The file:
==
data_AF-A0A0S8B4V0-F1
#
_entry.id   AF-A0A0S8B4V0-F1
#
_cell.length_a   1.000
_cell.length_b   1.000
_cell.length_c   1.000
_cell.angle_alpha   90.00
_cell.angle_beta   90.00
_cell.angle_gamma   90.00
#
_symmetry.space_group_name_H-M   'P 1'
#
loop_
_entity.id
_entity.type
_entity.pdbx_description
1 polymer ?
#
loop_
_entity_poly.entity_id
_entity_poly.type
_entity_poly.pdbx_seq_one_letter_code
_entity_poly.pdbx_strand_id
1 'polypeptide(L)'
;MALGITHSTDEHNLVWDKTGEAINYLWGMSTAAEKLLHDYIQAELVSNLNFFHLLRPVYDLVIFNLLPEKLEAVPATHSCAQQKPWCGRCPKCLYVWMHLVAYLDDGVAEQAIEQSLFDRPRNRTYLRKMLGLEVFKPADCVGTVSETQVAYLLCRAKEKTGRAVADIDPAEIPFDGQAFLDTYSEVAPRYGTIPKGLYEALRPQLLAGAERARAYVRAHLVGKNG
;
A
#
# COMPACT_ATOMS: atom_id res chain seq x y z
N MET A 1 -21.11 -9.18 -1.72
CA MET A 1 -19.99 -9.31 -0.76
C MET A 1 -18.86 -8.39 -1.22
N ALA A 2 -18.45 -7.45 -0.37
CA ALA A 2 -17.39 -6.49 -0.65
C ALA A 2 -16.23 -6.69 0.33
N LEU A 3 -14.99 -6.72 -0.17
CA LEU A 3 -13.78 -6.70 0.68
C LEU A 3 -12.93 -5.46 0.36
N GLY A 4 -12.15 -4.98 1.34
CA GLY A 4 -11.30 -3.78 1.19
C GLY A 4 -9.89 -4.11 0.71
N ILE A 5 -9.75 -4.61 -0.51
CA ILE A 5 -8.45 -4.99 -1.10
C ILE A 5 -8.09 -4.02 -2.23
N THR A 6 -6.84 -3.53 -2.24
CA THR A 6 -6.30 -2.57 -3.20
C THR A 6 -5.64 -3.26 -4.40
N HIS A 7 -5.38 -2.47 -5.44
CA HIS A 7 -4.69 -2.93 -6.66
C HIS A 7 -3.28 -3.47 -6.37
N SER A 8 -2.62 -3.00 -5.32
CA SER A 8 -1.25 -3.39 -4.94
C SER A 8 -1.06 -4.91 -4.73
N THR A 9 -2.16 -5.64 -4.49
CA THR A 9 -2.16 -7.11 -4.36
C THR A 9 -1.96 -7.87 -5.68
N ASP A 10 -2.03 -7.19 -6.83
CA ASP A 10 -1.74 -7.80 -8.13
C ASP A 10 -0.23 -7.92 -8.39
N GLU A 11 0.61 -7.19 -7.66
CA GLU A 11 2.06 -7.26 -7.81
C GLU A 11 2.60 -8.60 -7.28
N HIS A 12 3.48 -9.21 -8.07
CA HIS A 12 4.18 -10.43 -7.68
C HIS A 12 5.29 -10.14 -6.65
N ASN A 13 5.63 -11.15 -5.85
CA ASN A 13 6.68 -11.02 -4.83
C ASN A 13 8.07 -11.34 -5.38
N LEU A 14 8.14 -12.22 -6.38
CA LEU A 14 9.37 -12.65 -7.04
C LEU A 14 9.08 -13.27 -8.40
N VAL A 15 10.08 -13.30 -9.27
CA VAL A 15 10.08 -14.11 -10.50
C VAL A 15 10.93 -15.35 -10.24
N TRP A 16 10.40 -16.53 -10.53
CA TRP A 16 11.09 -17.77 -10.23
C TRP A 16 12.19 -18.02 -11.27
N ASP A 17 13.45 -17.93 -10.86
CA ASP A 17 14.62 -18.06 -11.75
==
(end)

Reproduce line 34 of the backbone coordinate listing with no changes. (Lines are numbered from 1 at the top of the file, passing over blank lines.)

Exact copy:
N ALA A 2 -18.45 -7.45 -0.37